The other archivist was married to a man who looked after the queen’s art collection. Dinner parties at their house were good-humored fights about the meaning of words, including flights to the bookshelf to bring back dictionaries, and the serving of coffee not in porcelain, but in rough Scandinavian mugs like the ones my parents had in Ohio. This was Britain and its monarchy, as well as the tiny slice of the Royal Household that I encountered, in the era I came to know it, as the 1990s faded into the new millennium.
The most important patrons and friends of this, my second book, were Laura Ponsonby and Kate Russell. They were sisters who lived in the remains of a medieval priory about an hour from London. Their grandfather had moved into the house just before the First World War. Arthur Ponsonby had been a Labour member of Parliament, and as the first Lord Ponsonby of Shulbrede, led the Labour party in the House of Lords. Arthur was Henry and Mary Ponsonby’s youngest son. Laura and Kate were Henry and Mary Ponsonby’s great grandchildren.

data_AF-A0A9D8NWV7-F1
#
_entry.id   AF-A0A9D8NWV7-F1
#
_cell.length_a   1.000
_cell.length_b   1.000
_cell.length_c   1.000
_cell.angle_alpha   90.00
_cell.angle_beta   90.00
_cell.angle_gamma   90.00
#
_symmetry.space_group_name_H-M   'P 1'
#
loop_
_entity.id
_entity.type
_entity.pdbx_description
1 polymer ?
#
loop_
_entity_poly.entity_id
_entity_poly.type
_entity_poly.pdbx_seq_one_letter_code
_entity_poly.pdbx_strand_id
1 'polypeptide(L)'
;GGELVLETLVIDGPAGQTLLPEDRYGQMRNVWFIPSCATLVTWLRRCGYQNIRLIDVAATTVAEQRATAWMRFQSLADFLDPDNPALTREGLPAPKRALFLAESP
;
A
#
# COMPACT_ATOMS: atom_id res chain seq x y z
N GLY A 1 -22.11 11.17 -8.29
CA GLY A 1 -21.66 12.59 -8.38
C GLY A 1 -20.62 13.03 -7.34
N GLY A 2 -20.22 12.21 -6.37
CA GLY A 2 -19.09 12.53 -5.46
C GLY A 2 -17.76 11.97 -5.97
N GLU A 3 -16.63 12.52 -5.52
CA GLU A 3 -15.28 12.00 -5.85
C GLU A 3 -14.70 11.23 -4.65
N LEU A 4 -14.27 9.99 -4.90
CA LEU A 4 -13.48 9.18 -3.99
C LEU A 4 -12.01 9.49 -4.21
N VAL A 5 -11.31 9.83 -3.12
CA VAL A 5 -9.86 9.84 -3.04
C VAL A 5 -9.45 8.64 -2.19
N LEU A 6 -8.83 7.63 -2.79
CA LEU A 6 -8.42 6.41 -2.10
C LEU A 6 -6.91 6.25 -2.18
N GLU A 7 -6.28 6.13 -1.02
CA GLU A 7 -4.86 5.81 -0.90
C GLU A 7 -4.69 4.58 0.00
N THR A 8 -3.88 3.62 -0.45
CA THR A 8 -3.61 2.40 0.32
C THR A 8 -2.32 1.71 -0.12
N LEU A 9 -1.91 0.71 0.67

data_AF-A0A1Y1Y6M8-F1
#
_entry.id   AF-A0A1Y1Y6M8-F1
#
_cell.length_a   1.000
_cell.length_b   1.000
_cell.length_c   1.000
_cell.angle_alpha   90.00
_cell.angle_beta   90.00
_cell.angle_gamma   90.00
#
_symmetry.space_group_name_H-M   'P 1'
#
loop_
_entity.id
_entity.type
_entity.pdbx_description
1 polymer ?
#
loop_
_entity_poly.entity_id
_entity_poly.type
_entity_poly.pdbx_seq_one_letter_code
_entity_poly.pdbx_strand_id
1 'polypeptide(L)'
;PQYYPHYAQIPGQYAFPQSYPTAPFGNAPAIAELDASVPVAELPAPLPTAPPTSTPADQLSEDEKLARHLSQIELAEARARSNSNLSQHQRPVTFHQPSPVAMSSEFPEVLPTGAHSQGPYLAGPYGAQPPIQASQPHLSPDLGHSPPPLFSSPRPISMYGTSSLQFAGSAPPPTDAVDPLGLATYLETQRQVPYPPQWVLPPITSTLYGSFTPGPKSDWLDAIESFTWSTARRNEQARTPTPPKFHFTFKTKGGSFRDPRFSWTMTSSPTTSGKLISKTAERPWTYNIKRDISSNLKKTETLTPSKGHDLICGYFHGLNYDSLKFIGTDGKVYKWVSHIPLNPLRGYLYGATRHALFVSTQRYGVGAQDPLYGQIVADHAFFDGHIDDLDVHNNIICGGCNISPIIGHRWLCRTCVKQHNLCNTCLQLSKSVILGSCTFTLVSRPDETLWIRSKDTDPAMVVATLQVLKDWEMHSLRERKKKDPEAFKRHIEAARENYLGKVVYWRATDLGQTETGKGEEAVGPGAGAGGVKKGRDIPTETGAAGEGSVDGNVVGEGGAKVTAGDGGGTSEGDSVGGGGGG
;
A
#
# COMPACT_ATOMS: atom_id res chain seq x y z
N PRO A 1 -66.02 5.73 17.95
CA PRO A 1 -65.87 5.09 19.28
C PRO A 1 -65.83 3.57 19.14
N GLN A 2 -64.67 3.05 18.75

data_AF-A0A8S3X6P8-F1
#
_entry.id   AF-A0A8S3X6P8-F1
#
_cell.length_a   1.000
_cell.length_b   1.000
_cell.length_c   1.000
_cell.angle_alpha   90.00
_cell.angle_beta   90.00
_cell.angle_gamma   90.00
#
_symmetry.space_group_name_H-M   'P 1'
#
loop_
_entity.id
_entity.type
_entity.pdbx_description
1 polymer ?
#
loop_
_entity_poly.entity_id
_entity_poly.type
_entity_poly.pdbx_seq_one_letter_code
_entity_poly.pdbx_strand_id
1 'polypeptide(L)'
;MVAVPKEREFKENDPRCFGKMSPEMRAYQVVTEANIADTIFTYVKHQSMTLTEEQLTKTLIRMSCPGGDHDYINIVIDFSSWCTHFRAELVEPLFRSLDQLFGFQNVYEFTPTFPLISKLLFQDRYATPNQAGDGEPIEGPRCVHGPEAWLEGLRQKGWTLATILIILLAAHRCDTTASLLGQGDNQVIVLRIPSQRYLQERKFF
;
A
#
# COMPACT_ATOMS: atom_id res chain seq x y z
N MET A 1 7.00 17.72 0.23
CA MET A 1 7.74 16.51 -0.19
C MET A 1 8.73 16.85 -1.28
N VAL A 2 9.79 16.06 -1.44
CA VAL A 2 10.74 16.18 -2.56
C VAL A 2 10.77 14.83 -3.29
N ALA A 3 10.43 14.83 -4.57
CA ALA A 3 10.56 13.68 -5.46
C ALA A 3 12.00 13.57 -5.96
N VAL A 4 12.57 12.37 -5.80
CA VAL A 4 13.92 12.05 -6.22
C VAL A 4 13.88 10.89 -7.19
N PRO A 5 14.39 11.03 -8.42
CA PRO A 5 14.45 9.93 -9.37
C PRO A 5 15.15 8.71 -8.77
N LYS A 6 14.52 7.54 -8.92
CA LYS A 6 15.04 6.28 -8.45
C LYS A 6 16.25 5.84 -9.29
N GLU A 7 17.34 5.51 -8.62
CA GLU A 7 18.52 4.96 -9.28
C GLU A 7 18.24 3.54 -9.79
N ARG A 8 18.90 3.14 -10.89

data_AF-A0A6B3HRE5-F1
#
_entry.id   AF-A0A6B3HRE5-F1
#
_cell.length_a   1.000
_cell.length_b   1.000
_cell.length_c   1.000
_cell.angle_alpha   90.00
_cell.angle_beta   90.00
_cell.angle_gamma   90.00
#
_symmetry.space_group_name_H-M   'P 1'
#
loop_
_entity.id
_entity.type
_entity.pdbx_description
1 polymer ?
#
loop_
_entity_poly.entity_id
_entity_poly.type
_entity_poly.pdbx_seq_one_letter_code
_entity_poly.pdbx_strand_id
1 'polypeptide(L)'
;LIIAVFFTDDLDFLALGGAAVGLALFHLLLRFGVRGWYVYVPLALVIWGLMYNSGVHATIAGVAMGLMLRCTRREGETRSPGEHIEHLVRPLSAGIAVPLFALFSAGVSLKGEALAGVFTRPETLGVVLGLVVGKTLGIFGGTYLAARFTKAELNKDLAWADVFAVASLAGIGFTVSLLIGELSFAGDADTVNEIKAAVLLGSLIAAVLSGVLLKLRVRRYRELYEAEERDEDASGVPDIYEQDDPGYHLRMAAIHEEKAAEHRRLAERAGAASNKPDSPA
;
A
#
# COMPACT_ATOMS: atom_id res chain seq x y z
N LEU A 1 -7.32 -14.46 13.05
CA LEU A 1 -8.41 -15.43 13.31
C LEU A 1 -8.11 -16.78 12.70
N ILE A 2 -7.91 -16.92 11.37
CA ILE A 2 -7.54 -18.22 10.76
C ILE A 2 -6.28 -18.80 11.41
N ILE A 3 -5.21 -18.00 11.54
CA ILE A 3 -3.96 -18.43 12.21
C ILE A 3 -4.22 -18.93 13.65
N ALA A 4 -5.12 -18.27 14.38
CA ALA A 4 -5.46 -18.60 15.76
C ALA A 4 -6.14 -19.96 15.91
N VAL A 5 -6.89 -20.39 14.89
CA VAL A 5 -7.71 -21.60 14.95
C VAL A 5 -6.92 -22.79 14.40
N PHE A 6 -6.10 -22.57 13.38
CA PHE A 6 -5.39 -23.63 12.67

Laura, the elder sister, had worked in public relations for the Royal Botanic Gardens in Kew. She lived in London during the week, and came down to Shulbrede at the weekends. Kate and her husband, Ian, lived there all the time. Kate had been a book designer. Ian was an architectural engineer who advised clients on the maintenance of historic buildings. This was a useful expertise to have if you lived at Shulbrede. A medieval priory that has survived into the twenty-first century needs fairly constant attention. At Shulbrede they had Ponsonby papers — diaries, letters, scrapbooks, photographs — that I hadn’t even dreamed existed. There was far more than at Windsor. I wrote them a letter on the suggestion of one of the Windsor archivists. Kate telephoned me and said they’d be happy to see me.
More important than those papers, and their helpfulness in letting me read them at Shulbrede, was the attitude that Kate and Laura had to all things royal. It wasn’t contemptuous or dismissive. It wasn’t disrespectful. It wasn’t overly interested, either. Their outlook had elements of all of those, mixed together in such a way that when the topic came up, you could always expect a wry joke delivered with a straight face. If the subject of the current queen came up around the kitchen table, Laura would raise her head distractedly, as if we were talking about a hen pecking at grain in the forecourt of the garage. “Who? Queenie?” she’d say.